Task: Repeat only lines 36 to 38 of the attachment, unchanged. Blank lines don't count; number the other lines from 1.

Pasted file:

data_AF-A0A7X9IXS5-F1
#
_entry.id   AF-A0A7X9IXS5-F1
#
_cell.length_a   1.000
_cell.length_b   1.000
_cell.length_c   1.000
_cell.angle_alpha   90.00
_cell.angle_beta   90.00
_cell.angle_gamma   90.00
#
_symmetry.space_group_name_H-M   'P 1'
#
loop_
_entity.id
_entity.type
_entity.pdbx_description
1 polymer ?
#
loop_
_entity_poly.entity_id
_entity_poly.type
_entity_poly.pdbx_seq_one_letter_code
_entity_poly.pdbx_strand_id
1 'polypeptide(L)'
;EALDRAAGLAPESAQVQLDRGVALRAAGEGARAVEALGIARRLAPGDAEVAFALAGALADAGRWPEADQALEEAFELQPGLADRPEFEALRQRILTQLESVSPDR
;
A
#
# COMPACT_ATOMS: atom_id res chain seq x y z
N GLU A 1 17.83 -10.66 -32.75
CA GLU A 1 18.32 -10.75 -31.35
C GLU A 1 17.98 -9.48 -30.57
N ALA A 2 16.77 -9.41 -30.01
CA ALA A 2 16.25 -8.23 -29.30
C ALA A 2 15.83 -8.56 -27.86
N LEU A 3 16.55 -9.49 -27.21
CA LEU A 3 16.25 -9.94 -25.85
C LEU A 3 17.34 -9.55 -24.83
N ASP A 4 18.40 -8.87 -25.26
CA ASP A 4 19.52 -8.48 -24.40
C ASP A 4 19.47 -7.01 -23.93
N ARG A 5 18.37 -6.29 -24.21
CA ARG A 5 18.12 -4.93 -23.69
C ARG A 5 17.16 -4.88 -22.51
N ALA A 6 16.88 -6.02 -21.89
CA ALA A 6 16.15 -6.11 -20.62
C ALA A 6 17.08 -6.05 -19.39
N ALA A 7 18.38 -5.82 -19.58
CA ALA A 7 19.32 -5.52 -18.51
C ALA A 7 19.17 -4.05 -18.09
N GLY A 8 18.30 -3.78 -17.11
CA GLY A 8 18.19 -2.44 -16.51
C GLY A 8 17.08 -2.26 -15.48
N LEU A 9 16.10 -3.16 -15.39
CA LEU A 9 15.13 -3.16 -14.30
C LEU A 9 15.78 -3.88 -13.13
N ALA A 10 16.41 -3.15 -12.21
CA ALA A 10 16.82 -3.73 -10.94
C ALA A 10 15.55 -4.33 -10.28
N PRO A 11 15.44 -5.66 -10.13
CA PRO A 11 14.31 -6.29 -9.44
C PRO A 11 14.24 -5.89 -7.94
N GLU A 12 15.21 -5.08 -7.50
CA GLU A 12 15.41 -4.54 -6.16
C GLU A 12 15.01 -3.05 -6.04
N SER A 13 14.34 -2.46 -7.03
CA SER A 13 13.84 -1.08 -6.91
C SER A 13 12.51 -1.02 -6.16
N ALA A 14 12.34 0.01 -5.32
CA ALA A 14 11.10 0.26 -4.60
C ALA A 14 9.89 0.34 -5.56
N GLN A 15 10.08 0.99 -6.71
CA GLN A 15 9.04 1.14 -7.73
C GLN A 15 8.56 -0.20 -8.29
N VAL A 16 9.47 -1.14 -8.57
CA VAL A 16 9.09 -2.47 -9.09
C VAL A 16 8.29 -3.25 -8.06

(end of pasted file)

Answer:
C ALA A 2 15.83 -8.56 -27.86
N LEU A 3 16.55 -9.49 -27.21
CA LEU A 3 16.25 -9.94 -25.85